India still has an ancient tradition of looking into and paying close attention to the protection of the environment. There are plenty of writings, to show that in India every person had to practice the protection and worship of nature. In India, the rules for protecting the environment are noticeable and have their own uniqueness and can be easily recognized that it is from ancient times through traditions.
The environment has been defined as the exterior, physical and biological system in which human man and other organisms exist.
The term Environment has been derived from the term ‘environ’, which means to the surroundings or conditions in which a person, animal, or plant lives or operates. According to humans, its surrounding has physical and biological importance. The physical environment includes Land, Water, and Air. The biological environment covers flora, fauna and other living as well as nonliving organisms.
Accordingly to the Environmental Protection Act (EPA), 1986, the environment is defined in Sec 2 of EPA, 1986;
“Section 2(a) ‘environment’ includes water, air and land, and the inter-relationship which exists among and between water, air and land, and human beings, other living creatures, plants, micro-organism, and property;
In India a separate ministry viz. The Department of Environment was established in 1980 to ensure a pollution-free and healthy environment for the country.
What is Environmental Law?
Environmental law is an assemblage of laws, agreements, and regulations of common law that governs how humans interact with their surroundings. The main objective of environmental law is to protect the environment and create laws for demonstrating and provide guidelines for people on how people can use natural resources. Environmental laws not only aim to protect the environment, but they also determine who can use natural resources and on what terms and in what quantity. Laws regulate pollution, the use of natural resources, forest protection, mineral harvesting and keep count of animal populations.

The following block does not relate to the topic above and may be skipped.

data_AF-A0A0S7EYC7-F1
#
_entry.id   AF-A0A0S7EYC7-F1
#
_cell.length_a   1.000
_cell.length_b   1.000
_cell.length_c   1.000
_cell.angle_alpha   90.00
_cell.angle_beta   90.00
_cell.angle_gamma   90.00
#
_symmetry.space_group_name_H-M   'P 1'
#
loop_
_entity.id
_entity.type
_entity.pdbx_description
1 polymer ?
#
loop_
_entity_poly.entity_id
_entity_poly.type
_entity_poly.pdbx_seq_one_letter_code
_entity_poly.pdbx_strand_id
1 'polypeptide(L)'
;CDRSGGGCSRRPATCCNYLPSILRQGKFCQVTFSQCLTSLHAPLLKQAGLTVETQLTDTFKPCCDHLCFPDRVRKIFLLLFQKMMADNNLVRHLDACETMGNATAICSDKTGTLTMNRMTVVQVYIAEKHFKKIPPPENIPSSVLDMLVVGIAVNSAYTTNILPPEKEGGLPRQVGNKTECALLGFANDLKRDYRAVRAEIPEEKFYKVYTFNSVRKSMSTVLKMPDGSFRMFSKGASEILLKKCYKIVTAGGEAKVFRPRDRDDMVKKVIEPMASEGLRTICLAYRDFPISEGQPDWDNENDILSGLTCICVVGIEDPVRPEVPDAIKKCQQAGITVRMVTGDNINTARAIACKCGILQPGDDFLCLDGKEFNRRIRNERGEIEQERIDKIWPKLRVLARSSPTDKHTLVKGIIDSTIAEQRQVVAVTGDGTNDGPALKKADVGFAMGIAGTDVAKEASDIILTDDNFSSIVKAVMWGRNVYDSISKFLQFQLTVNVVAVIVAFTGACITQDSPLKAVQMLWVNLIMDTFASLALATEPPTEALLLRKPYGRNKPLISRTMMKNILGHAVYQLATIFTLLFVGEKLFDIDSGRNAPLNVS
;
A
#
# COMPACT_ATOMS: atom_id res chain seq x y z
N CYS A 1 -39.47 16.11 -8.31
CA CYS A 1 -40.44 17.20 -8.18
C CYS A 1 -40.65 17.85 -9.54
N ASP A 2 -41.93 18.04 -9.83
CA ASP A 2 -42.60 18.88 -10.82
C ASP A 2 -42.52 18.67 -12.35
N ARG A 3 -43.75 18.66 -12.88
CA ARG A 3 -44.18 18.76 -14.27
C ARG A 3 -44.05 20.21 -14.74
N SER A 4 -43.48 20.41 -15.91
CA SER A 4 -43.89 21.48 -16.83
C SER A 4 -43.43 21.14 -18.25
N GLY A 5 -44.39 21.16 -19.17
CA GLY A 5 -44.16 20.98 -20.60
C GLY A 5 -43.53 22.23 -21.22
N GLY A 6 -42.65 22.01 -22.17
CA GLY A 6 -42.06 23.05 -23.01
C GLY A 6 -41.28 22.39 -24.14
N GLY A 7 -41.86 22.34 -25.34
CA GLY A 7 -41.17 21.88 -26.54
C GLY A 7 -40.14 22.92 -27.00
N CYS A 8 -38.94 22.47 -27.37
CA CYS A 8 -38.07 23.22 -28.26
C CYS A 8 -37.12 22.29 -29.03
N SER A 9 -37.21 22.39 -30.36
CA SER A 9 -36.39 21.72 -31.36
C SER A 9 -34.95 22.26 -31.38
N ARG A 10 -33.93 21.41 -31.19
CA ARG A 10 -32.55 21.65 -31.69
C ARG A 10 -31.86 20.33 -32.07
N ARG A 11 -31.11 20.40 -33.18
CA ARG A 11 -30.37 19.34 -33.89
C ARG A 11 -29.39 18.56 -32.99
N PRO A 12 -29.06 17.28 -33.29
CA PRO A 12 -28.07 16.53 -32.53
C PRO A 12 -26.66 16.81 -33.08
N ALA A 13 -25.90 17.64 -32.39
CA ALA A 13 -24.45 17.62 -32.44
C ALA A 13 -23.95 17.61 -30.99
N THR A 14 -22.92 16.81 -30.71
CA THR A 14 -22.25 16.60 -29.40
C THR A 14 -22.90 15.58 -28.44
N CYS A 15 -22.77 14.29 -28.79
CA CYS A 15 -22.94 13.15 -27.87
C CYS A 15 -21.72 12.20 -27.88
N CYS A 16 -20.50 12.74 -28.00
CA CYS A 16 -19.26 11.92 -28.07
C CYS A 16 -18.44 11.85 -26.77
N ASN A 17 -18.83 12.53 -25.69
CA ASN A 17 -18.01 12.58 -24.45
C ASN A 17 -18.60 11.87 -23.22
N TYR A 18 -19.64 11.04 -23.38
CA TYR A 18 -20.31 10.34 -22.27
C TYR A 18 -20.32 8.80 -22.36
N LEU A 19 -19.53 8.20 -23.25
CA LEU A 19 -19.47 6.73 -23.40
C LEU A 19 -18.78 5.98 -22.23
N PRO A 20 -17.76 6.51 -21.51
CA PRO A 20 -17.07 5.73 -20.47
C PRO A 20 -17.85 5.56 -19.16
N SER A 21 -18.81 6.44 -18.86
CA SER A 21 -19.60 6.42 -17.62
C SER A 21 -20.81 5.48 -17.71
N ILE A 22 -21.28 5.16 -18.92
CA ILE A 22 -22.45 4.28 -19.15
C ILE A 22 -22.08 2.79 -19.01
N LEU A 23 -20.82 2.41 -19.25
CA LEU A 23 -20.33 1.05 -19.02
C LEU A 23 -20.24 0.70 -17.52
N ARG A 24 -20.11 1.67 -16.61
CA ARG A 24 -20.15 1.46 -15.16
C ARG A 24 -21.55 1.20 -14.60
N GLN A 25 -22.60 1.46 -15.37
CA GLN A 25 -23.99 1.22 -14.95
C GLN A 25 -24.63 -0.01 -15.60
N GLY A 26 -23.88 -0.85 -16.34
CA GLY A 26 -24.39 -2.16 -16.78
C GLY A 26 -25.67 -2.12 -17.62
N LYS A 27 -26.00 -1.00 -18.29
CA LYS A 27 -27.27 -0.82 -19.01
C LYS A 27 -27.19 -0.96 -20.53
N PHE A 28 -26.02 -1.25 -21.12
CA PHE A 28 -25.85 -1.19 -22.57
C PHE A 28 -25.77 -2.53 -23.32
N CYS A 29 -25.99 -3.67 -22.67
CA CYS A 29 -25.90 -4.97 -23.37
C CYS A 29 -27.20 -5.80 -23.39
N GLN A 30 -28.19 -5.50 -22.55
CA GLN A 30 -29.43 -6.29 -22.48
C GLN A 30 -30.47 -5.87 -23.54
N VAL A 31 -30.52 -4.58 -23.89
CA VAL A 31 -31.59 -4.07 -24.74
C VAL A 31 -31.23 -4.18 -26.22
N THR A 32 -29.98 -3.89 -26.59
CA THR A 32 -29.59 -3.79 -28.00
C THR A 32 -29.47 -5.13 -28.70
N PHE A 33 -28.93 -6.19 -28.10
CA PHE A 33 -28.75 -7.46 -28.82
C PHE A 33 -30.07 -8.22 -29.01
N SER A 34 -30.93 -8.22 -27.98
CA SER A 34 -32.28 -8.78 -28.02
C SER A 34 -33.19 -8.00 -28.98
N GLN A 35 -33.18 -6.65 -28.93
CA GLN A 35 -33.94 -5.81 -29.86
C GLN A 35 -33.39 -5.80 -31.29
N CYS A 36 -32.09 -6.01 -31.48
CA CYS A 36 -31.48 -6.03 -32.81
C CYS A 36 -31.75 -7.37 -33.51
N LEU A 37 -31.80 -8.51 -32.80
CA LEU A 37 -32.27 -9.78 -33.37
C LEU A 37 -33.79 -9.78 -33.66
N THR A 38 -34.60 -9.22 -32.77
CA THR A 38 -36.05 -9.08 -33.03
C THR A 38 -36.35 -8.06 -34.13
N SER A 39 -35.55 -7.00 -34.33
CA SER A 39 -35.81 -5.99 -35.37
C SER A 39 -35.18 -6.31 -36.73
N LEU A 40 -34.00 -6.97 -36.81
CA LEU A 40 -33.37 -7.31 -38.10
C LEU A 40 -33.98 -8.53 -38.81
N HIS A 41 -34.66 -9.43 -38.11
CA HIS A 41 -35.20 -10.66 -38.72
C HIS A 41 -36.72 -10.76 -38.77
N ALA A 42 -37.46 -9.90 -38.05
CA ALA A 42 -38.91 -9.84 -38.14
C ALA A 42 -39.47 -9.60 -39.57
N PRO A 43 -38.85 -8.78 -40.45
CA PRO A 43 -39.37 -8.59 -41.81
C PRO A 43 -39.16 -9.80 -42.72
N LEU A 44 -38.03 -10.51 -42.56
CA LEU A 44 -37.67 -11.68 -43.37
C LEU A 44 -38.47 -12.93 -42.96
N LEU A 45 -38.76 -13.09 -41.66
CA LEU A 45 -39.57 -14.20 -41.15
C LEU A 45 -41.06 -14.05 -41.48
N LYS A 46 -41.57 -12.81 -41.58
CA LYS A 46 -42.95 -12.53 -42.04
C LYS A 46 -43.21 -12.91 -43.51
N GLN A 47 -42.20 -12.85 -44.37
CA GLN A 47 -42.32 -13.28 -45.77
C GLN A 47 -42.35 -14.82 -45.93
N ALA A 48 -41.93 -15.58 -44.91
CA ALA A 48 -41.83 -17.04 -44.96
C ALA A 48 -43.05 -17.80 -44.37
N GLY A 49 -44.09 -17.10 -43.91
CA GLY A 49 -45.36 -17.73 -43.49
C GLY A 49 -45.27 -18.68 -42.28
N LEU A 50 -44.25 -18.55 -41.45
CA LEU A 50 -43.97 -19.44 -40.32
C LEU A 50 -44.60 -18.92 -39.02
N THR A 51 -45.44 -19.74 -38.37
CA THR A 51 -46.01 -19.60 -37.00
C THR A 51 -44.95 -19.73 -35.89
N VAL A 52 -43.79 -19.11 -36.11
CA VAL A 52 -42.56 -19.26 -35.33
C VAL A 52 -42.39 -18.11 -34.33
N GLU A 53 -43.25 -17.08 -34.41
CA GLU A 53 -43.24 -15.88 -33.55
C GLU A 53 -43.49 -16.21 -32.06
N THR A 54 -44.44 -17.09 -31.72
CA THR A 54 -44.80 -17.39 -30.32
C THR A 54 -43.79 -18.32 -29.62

Provision of Environmental Law In India
Apart from international laws and treaties, each and every country has enacted laws regarding environmental protection, keeping track of pollution control, etc. In India, there are various acts for environment protection and pollution control that lays down the protection of the environment is the duty of government.
The main acts to protect and safeguard environment are:-
a) The Prevention of Air and Water Pollution, 1974.
b) The Environmental Protection Act, 1986.
c) The Biodiversity Act, 2002
d) The Constitution of India, 1950
The Constitution and Environment
The Constitution of India is among the few in the other Constitution of the world that contains specific provisions and duties on environmental protection.